First the thought. Redzepi's main insight has been trod to death. It's in the title of his first book: time and place. As far as insights go, it doesn't seem terribly revolutionary. It pops up everywhere from Ecclesiastes to Ram Dass to Lee Moses: Of course everything has its time and place. But it was a revolutionary approach as it pertains to contemporary Nordic cuisine. It was if Redzepi's gaze summoned forth the bounty of the North to the bone china plates of the fine-dining world. He literally awakened a world. And it also happens to be a truth that extends far beyond the fine dining kitchen. Comfort with impermanence, accepting the world as one finds it, starting where you are. If you don't get a chance to eat at Noma, just read Pema Chodron.
Through interviews not only with Redzepi — who resembles in appearance and attitude a shorter, more Scandinavian version of Stephen Malkmus — but with the Santa Clausian foragers for whom Noma's success has meant a flourishing livelihood, Deschamps brings that vision to life. He is helped, of course, by Redzepi, who has the brilliance to illuminate and the time to hone his message.
But that's about the only message Redzepi has honed. Other than that, he's working shit out like the rest of us. In his mid-thirties with three children, a beautiful wife and a (extremely) successful restaurant, Redzepi still seems to be struggling with old wounds. For those who don't know, Redzepi is the son of Ali-Rami Redzepi, a Macedonian Muslim who emigrated to Denmark in 1972, and Hannah, a Danish mother. The racism and rejection he experienced as a young man in a closed society still causes him to grimace. Some of the most affecting segments of the film are interviews with his mother and his chain-smoking father as they discuss what it was like to raise the boy. I couldn't help but think of the heart-breaking parallels today's Muslim-American parents describe. Redzepi himself recalls being called an Albanian dog and told to "go home."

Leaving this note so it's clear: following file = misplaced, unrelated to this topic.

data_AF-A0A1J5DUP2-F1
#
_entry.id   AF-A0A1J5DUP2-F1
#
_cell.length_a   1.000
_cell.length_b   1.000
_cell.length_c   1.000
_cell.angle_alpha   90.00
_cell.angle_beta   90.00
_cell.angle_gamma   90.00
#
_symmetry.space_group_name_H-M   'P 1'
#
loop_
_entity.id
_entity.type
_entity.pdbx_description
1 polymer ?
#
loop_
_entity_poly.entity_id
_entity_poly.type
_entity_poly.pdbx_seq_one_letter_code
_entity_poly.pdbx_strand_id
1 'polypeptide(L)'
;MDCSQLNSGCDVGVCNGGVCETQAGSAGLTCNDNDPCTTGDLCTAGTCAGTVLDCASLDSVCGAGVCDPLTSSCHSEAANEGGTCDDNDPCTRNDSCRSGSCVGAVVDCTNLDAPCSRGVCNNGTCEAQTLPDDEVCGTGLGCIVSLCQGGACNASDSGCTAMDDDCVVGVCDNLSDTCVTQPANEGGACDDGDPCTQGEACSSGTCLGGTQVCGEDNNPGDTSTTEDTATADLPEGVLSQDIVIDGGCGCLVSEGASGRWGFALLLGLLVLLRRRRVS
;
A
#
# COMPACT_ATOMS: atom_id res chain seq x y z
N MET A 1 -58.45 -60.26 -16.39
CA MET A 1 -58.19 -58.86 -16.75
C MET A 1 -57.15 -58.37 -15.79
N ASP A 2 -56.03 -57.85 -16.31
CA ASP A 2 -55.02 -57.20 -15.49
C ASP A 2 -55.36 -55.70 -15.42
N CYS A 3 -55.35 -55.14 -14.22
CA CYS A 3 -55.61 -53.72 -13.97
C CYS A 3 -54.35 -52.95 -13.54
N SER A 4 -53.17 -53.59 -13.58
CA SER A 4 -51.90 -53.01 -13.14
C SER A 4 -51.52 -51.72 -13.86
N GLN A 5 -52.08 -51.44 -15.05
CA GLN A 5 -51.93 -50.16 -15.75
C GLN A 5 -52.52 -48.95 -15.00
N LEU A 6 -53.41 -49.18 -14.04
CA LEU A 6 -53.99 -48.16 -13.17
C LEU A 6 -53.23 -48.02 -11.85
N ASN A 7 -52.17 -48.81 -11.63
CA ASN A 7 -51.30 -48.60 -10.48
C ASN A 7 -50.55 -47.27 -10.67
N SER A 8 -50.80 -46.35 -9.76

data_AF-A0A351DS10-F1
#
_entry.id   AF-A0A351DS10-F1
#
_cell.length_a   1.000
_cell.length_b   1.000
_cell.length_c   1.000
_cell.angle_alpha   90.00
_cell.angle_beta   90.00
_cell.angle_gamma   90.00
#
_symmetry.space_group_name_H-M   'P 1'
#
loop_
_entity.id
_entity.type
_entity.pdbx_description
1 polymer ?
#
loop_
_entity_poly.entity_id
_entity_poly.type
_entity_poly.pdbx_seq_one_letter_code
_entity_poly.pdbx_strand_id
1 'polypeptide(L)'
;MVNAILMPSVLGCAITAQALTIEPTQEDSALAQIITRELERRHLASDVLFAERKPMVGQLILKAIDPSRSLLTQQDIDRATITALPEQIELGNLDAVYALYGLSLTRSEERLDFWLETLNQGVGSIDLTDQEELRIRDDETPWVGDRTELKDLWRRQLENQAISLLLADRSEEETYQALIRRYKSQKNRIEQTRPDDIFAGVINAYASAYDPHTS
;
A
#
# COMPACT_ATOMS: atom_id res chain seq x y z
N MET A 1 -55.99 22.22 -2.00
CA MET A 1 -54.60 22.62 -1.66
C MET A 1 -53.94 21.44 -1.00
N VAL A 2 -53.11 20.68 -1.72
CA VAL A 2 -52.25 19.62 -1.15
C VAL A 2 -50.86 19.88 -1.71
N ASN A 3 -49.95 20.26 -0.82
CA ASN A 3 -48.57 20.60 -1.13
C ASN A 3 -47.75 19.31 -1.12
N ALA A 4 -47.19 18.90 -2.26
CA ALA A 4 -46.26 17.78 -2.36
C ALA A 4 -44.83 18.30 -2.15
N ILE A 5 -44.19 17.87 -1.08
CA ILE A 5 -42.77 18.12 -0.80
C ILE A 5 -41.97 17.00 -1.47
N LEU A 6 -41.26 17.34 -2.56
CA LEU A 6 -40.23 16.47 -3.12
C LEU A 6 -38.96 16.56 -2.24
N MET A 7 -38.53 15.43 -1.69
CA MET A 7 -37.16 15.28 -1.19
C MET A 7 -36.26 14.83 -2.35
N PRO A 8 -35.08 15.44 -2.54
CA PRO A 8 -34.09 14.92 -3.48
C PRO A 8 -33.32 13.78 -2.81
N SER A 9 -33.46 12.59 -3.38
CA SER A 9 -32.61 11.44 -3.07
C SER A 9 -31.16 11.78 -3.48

I've long had an aversion to men — and it is usually men — who routinely flip off the camera. Redzepi is a habitual flipper-offer. When Noma regains the crown as best restaurant in the world, Redzepi, dressed up and surrounded by people who have driven themselves to dust for his Nordsk mad vision, raises his middle finger to the camera. What a stinker! How disrespectful. Yet, after seeing the film, I understand why he's saying "fuck you" to whoever is behind the camera and to all the eyes greedy to gaze upon him. Those eyes of accolade are the same ones in which he was worthless to so many, so many years ago.
Redzepi can be an asshole and he can be a genius. Those two notes exist simultaneously.
But even if the one-finger salute can be accounted for, Redzepi is no saint. As the film mercilessly depicts, he can be a real bully. So much of the cult of Noma depends on the charm of Redzepi that it truly is a shock the first time you see him rip into his coworkers. Yes, he is their chef — as the current head chef Daniel Giusti puts it, "He is the Father" — but he is also a person, and they are people, too. The way he treats them is unpleasant to watch. Not always but often enough as depicted in the film, he berates, he harps, he takes advantage of his power to upbraid those closest to him. There are a couple of scenes with three of his senior research chefs — Lars Williams, Thomas Frebel, and Rosio Sanchez (who has since left to open Hija de Sanchez, a taco stand) — that are truly, extremely uneasy.
To Deschamps's credit, Redzepi's piss-poor behavior isn't romanticized away like Adam Scott's in that Ramsay apologist agitprop Burnt. As caught in the film, Redzepi can be an asshole and he can be a genius. Those two notes exist simultaneously, like an insistent tritone Deschamps keeps hitting. It's confusing and unsatisfying to watch. One keeps waiting for the resolution, but there is none. Searching for the solid Noma or the saintly Redzepi or even a villainous one is futile. Stability has no role in time and place. The truth, just like the restaurant, is on the run.
Rating: 4 out of 5 stars (-1 for the Mozart)